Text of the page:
As parents, we are responsible for making sure our children get proper nutrition, plenty of exercise, a good education, and so on. We read articles and books on all sorts of difficult parenting topics, including the modern problem of managing screen time. Some of these resources give us a glimpse into how the experts handle screen time with their own children. It can be a very tricky balancing act!
Case in point: my son became obsessed with learning Spanish using an app called Duolingo. Of course, I was ecstatic he wanted to learn Spanish. We are already a bilingual Franco-American family, speaking mostly French at home, and for a month or so, we were all “playing” Spanish on our iPhones and iPads.
But I also worried about the amount of time this child would have liked to spend learning Spanish if left to his own electronic devices.
My son is six years old. He’s smart and curious and very passionate about whatever his interest of the month happens to be at any given moment. Not long ago it was Spanish. (He’s moved on the Marvel superheroes now.)
He even confessed to me before bed one night that he had a hard time falling asleep because he was thinking about Spanish.
Fab, my husband, had been reading Harry Potter with him before bed and said he wasn’t even listening to the story because he was constantly interrupting with “papa, did you know…?” phrases about Spanish! I wish I could say I recognized myself not at all in this story, but he definitely followed in my footsteps on this one. My brain is constantly spinning about something, particularly when I am really into one big thing.
Like I said, it feels silly to complain about your kid being so eager to learn. But at the same time, if we let him follow his heart to its obsessive conclusion, he would have spent every waking moment on the iPad making us help him with his Spanish lessons.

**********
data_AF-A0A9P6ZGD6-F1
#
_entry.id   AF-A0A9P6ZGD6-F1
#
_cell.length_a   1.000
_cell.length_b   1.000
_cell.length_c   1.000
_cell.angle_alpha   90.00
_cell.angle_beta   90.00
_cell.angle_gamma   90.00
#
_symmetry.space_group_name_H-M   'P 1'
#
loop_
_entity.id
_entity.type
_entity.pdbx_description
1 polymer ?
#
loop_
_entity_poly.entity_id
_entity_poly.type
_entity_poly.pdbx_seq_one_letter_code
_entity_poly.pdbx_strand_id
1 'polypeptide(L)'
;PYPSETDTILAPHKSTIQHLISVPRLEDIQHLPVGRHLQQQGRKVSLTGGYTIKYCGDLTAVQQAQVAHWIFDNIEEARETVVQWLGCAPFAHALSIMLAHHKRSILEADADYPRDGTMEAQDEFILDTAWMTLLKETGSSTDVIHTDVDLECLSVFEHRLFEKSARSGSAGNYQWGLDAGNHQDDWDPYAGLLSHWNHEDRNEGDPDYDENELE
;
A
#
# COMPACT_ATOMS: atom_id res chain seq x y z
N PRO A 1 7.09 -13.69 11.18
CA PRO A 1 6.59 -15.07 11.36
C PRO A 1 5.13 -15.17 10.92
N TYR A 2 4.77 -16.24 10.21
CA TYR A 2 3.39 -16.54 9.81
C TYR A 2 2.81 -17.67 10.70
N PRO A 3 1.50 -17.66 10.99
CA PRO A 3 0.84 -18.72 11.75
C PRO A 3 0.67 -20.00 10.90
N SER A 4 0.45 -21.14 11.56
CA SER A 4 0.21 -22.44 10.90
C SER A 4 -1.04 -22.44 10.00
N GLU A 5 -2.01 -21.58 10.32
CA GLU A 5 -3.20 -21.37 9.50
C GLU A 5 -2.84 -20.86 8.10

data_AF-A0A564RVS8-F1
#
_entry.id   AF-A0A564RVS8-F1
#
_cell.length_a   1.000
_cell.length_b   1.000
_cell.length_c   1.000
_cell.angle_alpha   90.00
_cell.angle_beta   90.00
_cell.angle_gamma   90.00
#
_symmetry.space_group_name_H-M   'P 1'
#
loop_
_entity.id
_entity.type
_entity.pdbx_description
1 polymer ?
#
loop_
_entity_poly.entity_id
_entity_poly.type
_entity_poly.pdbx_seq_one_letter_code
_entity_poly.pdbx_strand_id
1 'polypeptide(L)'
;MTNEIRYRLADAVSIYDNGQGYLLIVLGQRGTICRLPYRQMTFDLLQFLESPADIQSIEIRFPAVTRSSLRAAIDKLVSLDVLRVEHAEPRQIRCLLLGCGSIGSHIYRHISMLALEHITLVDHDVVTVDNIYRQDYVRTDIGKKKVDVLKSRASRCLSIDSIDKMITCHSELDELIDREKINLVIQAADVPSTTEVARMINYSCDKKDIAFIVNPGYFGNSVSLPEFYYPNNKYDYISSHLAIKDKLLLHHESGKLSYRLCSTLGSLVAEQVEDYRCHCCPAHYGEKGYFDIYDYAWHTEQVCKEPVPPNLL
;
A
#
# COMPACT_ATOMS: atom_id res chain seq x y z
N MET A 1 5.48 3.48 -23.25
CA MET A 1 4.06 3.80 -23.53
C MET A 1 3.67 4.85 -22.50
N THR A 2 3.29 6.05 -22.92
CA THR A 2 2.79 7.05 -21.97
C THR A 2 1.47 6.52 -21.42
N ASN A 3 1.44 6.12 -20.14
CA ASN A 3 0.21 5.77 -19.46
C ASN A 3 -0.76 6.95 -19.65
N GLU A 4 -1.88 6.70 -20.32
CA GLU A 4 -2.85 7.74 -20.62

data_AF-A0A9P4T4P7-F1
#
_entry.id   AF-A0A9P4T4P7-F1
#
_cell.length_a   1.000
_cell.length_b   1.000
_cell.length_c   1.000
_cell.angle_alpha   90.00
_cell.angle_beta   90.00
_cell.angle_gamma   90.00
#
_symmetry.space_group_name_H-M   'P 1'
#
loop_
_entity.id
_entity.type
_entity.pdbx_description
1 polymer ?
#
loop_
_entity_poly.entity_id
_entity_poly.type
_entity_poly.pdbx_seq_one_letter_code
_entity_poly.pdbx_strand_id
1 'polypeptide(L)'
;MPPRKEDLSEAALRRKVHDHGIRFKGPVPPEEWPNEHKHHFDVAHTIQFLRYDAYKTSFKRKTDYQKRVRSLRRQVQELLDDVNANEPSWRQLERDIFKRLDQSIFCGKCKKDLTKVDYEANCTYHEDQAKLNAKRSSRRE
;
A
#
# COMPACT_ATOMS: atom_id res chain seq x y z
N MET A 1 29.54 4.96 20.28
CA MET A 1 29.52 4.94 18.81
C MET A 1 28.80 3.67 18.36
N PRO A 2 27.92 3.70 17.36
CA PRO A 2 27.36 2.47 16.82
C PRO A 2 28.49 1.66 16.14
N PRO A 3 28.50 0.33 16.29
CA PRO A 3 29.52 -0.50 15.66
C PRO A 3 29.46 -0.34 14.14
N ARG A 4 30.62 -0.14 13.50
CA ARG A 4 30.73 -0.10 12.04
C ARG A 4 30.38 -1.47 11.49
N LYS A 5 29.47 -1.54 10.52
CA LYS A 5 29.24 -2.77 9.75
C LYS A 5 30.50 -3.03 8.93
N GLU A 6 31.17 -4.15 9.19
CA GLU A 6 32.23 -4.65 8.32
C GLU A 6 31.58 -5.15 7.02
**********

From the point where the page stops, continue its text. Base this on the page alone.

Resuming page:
Surely playing an educational game is better than games purely for entertainment, though, right? Or is it? That was just the first of our questions as we settled into this new phase in our son’s development.
When a child has the lofty goal of learning a language, do the same screen time limits apply? Does educational screen time have the same effect on kids’ behavior as non-educational screen time? Did we discourage his love of learning by refusing to let him spend his entire weekend learning Spanish on a tablet?
I did some reading, some thinking, and some discussing with a few people, including Fab. Our son had a five-month-old sister he was still adjusting to at the time, remarkably well for the most part, but a new sibling IS an adjustment. He had become SO excited and wild at times that we really didn’t know what to do with him or how to handle him. As a result of having a new baby in the house, he was definitely getting more screen time for a few months.
But did the extravagant behavior stem from the new sister, the added screen time, or both? Or maybe it was simply because he was almost six and he was tired of controlling himself all day at school, as one friend suggested, so he’s fresh out of self-control when he gets home?
We’ve been looking high and low for solutions. Ones that work!
Here’s what I found:
Tech giants like Steve Jobs and Bill Gates famously take all our money and help get us addicted to screens, but keep their own kids away from them while they are young. That definitely seems to make a statement.
“We thought we could control it,” Mr. Anderson said. “And this is beyond our power to control. This is going straight to the pleasure centers of the developing brain. This is beyond our capacity as regular parents to understand.” New York Times, Oct. 26, 2018
To the author’s credit, a skeptic is also interviewed and casts doubt on the alarmist views of some of the stricter tech parents. It’s true that we don’t know enough about the effects of all the fast developing technology that runs our lives now, but it’s also true that if you go back a couple of centuries, many people were concerned about the effects of novels on young people, especially women. Now, we’re all desperate for our kids to enjoy reading novels, or just about anything really!
Times change and so do our habits. Change isn’t necessarily bad, just scary.